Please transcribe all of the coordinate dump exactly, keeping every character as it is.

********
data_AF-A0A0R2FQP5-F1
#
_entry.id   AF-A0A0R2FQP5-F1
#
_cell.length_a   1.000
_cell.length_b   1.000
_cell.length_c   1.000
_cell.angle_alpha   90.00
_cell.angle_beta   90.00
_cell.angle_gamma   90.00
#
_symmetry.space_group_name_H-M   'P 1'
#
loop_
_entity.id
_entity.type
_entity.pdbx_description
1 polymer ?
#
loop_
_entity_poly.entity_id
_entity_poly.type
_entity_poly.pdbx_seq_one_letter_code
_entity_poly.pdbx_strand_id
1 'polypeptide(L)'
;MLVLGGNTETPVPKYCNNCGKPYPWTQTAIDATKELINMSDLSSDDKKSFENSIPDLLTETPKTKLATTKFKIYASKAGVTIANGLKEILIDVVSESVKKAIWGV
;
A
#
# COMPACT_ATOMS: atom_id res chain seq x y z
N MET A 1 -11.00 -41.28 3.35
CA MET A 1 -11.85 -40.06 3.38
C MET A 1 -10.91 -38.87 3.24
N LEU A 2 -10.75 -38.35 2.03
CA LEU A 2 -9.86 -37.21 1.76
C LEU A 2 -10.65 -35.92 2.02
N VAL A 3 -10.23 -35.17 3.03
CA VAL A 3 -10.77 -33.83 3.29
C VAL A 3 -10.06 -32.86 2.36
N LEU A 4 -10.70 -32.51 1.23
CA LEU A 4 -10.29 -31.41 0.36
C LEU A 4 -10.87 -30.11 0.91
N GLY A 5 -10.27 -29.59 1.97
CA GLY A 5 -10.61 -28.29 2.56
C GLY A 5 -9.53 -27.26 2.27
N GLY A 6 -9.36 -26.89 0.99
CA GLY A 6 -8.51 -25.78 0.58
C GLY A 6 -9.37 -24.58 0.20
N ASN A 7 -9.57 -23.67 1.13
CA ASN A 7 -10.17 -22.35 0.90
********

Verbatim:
data_AF-A0A0R2FQP5-F1
#
_entry.id   AF-A0A0R2FQP5-F1
#
_cell.length_a   1.000
_cell.length_b   1.000
_cell.length_c   1.000
_cell.angle_alpha   90.00
_cell.angle_beta   90.00
_cell.angle_gamma   90.00
#
_symmetry.space_group_name_H-M   'P 1'
#
loop_
_entity.id
_entity.type
_entity.pdbx_description
1 polymer ?
#
loop_
_entity_poly.entity_id
_entity_poly.type
_entity_poly.pdbx_seq_one_letter_code
_entity_poly.pdbx_strand_id
1 'polypeptide(L)'
;MLVLGGNTETPVPKYCNNCGKPYPWTQTAIDATKELINMSDLSSDDKKSFENSIPDLLTETPKTKLATTKFKIYASKAGVTIANGLKEILIDVVSESVKKAIWGV
;
A
#
# COMPACT_ATOMS: atom_id res chain seq x y z
N MET A 1 -11.00 -41.28 3.35
CA MET A 1 -11.85 -40.06 3.38
C MET A 1 -10.91 -38.87 3.24
N LEU A 2 -10.75 -38.35 2.03
CA LEU A 2 -9.86 -37.21 1.76
C LEU A 2 -10.65 -35.92 2.02
N VAL A 3 -10.23 -35.17 3.03
CA VAL A 3 -10.77 -33.83 3.29
C VAL A 3 -10.06 -32.86 2.36
N LEU A 4 -10.70 -32.51 1.23
CA LEU A 4 -10.29 -31.41 0.36
C LEU A 4 -10.87 -30.11 0.91
N GLY A 5 -10.27 -29.59 1.97
CA GLY A 5 -10.61 -28.29 2.56
C GLY A 5 -9.53 -27.26 2.27
N GLY A 6 -9.36 -26.89 0.99
CA GLY A 6 -8.51 -25.78 0.58
C GLY A 6 -9.37 -24.58 0.20
N ASN A 7 -9.57 -23.67 1.13
CA ASN A 7 -10.17 -22.35 0.90